In this issue
April 9, 2014

Jonathan Tobin: Why Did Kerry Lie About Israeli Blame?

Samuel G. Freedman: A resolution 70 years later for a father's unsettling legacy of ashes from Dachau

Jessica Ivins: A resolution 70 years later for a father's unsettling legacy of ashes from Dachau

Kim Giles: Asking for help is not weakness

Kathy Kristof and Barbara Hoch Marcus: 7 Great Growth Israeli Stocks

Matthew Mientka: How Beans, Peas, And Chickpeas Cleanse Bad Cholesterol and Lowers Risk of Heart Disease

Sabrina Bachai: 5 At-Home Treatments For Headaches

The Kosher Gourmet by Daniel Neman Have yourself a matzo ball: The secrets bubby never told you and recipes she could have never imagined

April 8, 2014

Lori Nawyn: At Your Wit's End and Back: Finding Peace

Susan B. Garland and Rachel L. Sheedy: Strategies Married Couples Can Use to Boost Benefits

David Muhlbaum: Smart Tax Deductions Non-Itemizers Can Claim

Jill Weisenberger, M.S., R.D.N., C.D.E : Before You Lose Your Mental Edge

Dana Dovey: Coffee Drinkers Rejoice! Your Cup Of Joe Can Prevent Death From Liver Disease

Chris Weller: Electric 'Thinking Cap' Puts Your Brain Power Into High Gear

The Kosher Gourmet by Marlene Parrish A gift of hazelnuts keeps giving --- for a variety of nutty recipes: Entree, side, soup, dessert

April 4, 2014

Rabbi David Gutterman: The Word for Nothing Means Everything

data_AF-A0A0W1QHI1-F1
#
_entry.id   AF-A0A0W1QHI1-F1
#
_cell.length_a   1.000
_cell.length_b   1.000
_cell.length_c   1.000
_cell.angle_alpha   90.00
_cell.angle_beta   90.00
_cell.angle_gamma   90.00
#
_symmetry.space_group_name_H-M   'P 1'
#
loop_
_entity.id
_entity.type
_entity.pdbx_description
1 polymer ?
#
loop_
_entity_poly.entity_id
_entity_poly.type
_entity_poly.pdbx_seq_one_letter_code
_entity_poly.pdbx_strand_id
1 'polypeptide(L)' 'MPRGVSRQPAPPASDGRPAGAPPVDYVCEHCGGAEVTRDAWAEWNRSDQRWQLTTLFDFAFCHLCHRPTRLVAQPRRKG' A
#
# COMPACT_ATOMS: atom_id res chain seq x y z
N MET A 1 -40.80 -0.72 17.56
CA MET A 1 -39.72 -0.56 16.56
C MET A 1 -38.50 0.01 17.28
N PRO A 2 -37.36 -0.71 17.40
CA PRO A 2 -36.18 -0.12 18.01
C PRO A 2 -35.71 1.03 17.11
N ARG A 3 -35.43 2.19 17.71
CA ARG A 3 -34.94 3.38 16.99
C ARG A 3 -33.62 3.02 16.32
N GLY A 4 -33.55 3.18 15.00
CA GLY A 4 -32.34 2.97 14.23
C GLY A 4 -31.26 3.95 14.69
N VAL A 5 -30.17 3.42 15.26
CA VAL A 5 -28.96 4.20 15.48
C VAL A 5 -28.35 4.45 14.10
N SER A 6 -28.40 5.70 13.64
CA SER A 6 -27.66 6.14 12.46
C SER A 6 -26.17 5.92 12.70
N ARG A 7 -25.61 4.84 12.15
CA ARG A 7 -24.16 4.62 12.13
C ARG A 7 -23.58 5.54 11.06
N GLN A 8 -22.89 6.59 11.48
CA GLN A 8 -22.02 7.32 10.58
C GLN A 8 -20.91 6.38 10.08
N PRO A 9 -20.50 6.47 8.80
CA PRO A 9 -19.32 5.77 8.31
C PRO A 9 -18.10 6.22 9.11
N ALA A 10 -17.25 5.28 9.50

Charles Krauthammer: Kerry's folly, Chapter 3

Amy Peterson: A life of love: How to build lasting relationships with your children

John Ericson: Older Women: Save Your Heart, Prevent Stroke Don't Drink Diet

John Ericson: Why 50 million Americans will still have spring allergies after taking meds

Cameron Huddleston: Best and Worst Buys of April 2014

Stacy Rapacon: Great Mutual Funds for Young Investors

Sarah Boesveld: Teacher keeps promise to mail thousands of former students letters written by their past selves

The Kosher Gourmet by Sharon Thompson Anyone can make a salad, you say. But can they make a great salad? (SECRETS, TESTED TECHNIQUES + 4 RECIPES, INCLUDING DRESSINGS)

April 2, 2014

Paul Greenberg: Death and joy in the spring

Dan Barry: Should South Carolina Jews be forced to maintain this chimney built by Germans serving the Nazis?

Mayra Bitsko: Save me! An alien took over my child's personality

Frank Clayton: Get happy: 20 scientifically proven happiness activities

Susan Scutti: It's Genetic! Obesity and the 'Carb Breakdown' Gene

Lecia Bushak: Why Hand Sanitizer May Actually Harm Your Health

Stacy Rapacon: Great Funds You Can Own for $500 or Less

Cameron Huddleston: 7 Ways to Save on Home Decor

The Kosher Gourmet by Steve Petusevsky Exploring ingredients as edible-stuffed containers (TWO RECIPES + TIPS & TECHINQUES)

Jewish World Review May 7, 2012/ 15 Iyar, 5772

Moral duties in a muddied world

By Kathryn Lopez

http://www.JewishWorldReview.com | Vatican City -- In an election season in which the White House has instituted a policy that puts unprecedented limits on the constitutional right to freedom of religion, questions of conscience, duty and spiritual and moral obligation are of critical importance.

A conference at the Pontifical Academy of Social Sciences had some related thoughts and warnings. The Vatican think tank was founded in 1994 and is meant to facilitate a continuing dialogue between faith and reason, between the social sciences and the social thought of the Church.